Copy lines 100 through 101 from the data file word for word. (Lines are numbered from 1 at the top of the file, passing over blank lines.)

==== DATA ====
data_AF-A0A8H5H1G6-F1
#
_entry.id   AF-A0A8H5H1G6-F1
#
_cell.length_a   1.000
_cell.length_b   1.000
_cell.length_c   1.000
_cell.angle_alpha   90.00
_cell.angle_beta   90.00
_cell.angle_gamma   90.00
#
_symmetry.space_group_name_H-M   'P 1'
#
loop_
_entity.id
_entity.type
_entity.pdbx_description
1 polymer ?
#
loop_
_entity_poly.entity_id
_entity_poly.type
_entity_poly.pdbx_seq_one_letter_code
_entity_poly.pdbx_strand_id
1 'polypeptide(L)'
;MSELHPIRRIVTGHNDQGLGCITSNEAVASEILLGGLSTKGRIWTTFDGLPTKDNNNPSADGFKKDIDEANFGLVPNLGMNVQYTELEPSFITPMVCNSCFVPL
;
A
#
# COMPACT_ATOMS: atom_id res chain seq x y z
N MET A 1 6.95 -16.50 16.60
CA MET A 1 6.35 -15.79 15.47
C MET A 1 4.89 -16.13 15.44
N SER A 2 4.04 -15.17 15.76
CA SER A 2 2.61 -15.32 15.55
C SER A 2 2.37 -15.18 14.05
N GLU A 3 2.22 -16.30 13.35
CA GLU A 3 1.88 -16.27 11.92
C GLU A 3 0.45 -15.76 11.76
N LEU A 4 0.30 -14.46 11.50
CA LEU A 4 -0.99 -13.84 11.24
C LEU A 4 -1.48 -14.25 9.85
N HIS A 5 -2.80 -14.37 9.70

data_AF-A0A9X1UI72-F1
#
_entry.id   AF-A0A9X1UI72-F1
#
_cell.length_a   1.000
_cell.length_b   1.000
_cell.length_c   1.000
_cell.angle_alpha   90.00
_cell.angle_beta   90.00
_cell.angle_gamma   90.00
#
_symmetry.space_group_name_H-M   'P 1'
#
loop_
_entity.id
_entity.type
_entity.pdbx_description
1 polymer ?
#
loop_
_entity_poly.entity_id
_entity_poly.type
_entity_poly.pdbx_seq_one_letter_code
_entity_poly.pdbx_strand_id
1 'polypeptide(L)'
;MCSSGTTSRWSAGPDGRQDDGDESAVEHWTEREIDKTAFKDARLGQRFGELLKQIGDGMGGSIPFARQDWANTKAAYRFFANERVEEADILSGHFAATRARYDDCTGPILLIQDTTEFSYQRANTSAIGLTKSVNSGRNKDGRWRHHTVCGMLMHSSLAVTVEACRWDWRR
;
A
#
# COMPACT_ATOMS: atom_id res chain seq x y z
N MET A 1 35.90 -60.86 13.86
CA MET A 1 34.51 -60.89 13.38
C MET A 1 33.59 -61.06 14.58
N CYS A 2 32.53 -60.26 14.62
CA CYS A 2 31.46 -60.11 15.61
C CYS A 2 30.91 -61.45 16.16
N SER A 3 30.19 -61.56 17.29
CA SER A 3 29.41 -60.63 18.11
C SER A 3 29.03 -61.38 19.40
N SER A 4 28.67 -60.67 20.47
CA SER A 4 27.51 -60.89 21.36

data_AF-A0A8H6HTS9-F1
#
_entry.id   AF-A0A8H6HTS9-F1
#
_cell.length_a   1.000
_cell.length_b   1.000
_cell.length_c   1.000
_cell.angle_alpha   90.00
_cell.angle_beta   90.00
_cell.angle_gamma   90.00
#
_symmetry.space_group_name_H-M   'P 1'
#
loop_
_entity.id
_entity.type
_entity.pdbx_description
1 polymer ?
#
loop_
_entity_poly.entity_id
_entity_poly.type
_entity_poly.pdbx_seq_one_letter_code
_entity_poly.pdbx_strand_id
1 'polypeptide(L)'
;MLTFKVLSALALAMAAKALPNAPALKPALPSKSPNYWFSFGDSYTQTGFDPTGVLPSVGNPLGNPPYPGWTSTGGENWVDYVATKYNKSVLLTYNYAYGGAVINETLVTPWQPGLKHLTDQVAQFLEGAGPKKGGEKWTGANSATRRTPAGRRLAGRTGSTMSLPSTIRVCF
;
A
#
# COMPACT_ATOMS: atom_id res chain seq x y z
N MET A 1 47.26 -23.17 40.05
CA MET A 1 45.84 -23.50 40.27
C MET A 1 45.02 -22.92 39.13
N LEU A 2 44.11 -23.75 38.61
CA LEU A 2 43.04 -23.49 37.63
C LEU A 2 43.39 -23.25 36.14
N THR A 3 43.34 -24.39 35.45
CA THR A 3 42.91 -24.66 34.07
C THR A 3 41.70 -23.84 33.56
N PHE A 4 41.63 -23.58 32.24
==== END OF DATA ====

_entity.type
_entity.pdbx_description